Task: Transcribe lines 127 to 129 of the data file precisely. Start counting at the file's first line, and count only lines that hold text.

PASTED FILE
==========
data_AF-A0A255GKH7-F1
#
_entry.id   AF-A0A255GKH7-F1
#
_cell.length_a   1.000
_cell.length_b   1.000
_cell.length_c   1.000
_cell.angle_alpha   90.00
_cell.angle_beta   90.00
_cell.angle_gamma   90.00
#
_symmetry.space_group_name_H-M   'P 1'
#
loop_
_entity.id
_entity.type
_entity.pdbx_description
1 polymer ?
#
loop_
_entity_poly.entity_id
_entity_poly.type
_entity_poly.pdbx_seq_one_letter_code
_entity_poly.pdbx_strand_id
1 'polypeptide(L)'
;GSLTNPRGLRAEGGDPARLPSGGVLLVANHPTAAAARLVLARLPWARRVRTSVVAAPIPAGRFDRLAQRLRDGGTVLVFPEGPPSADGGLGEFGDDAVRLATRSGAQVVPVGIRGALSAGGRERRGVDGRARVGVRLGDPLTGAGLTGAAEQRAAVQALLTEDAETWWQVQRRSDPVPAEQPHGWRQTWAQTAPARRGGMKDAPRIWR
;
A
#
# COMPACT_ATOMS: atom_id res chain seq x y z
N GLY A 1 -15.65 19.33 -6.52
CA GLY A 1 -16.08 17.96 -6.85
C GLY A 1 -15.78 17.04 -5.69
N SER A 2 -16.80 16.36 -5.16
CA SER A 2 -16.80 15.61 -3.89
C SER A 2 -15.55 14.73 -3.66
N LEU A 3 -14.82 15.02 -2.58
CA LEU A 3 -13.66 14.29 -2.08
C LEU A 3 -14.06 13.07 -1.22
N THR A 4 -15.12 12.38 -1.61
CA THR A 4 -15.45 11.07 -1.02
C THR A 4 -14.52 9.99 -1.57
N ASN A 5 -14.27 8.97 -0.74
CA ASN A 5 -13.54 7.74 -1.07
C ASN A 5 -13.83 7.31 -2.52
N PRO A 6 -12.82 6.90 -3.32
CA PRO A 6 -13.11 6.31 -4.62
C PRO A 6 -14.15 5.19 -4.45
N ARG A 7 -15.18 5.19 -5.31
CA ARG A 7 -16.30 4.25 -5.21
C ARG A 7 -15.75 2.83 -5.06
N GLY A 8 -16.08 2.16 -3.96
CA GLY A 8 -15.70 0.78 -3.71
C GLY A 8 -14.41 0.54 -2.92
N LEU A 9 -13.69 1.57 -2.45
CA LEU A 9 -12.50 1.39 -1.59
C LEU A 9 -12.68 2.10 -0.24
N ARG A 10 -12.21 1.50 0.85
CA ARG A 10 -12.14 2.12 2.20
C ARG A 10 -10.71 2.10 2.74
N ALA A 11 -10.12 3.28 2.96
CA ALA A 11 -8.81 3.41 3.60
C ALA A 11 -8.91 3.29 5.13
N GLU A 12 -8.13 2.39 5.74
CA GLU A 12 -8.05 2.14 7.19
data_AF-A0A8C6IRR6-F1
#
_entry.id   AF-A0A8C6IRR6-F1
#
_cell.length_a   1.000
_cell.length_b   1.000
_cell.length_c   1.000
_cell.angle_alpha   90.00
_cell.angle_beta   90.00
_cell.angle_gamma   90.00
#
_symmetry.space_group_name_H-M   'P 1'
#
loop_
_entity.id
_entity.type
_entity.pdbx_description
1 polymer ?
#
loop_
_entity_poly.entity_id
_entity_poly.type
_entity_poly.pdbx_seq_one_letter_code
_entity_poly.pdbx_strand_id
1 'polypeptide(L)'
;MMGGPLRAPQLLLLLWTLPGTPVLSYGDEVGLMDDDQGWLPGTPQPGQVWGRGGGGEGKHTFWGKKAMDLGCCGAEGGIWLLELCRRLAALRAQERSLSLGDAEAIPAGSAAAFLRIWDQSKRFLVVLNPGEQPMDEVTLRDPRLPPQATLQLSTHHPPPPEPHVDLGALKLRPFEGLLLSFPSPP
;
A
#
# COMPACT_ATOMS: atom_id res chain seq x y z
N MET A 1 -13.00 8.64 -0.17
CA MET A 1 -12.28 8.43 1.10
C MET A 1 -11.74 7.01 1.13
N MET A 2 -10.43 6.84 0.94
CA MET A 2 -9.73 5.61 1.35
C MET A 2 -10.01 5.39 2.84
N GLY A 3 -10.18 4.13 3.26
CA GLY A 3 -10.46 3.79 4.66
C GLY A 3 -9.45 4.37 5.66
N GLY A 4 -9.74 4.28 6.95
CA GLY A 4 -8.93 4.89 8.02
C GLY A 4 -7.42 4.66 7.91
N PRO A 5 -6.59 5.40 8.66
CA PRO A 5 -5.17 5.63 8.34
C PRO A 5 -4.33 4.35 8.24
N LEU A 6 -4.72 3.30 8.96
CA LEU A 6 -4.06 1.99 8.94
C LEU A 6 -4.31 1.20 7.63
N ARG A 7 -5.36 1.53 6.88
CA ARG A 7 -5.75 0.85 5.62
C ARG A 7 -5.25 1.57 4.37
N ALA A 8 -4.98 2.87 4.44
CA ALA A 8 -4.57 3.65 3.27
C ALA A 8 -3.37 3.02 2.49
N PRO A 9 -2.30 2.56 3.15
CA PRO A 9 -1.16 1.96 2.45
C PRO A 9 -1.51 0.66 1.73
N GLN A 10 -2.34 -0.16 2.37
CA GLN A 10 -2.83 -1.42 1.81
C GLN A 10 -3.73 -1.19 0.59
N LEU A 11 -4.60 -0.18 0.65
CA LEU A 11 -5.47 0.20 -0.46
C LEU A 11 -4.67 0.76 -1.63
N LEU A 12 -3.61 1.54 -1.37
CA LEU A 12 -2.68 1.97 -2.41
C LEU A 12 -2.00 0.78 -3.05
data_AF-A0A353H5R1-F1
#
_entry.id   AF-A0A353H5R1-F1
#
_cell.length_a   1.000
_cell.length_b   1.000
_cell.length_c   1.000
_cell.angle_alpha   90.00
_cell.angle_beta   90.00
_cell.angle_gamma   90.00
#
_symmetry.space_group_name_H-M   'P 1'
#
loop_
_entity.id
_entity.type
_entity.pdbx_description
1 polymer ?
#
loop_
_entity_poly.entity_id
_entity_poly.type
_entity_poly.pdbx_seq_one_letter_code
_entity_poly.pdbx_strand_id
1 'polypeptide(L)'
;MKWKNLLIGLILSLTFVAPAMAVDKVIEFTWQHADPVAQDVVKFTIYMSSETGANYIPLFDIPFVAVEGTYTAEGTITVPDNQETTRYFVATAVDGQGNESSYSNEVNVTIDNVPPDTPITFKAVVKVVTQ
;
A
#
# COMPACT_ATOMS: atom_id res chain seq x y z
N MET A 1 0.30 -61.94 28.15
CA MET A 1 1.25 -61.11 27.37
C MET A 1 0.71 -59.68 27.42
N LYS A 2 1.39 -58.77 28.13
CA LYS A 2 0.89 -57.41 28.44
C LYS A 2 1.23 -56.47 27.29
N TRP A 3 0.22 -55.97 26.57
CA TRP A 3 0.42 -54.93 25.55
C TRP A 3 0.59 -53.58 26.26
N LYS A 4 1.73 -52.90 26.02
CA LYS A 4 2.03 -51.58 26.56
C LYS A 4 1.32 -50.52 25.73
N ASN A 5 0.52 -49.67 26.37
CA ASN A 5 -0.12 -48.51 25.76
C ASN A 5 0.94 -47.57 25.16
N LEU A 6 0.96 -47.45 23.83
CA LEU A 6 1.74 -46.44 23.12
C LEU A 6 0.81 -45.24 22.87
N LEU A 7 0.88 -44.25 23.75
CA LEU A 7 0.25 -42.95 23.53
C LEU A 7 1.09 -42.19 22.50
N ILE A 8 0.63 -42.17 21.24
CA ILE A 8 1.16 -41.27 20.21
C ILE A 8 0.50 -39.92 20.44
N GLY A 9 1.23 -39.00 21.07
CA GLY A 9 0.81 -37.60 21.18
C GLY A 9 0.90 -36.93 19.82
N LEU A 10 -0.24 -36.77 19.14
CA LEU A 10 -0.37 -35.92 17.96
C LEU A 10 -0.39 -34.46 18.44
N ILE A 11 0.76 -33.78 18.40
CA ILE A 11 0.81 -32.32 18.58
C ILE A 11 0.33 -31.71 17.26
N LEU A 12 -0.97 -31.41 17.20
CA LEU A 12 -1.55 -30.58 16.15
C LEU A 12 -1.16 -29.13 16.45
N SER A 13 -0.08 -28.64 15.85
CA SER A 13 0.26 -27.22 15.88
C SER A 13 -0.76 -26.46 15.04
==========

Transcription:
CA LEU A 11 -5.47 0.20 -0.46
C LEU A 11 -4.67 0.76 -1.63
N LEU A 12 -3.61 1.54 -1.37